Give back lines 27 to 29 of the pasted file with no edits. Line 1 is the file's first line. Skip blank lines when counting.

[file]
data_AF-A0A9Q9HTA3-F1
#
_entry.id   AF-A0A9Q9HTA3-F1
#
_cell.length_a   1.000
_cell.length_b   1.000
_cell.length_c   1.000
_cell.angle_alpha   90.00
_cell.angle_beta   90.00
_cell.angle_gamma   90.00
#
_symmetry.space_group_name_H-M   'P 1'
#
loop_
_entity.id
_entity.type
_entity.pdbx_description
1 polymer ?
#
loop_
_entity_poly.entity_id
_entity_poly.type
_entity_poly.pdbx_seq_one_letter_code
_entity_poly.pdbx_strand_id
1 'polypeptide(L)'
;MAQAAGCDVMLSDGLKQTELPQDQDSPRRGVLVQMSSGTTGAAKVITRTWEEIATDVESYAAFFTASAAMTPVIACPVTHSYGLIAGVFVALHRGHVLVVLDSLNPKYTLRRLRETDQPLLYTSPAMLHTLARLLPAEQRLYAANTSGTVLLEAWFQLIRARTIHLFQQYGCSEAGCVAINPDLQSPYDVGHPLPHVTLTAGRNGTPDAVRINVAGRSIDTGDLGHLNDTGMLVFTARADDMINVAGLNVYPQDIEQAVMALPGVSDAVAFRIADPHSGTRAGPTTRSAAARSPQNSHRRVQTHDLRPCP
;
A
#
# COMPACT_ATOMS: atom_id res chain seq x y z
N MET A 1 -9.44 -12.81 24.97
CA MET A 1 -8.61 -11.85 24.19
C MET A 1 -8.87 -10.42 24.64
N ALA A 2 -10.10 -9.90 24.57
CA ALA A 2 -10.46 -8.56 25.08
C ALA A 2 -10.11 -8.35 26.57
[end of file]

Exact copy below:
;
A
#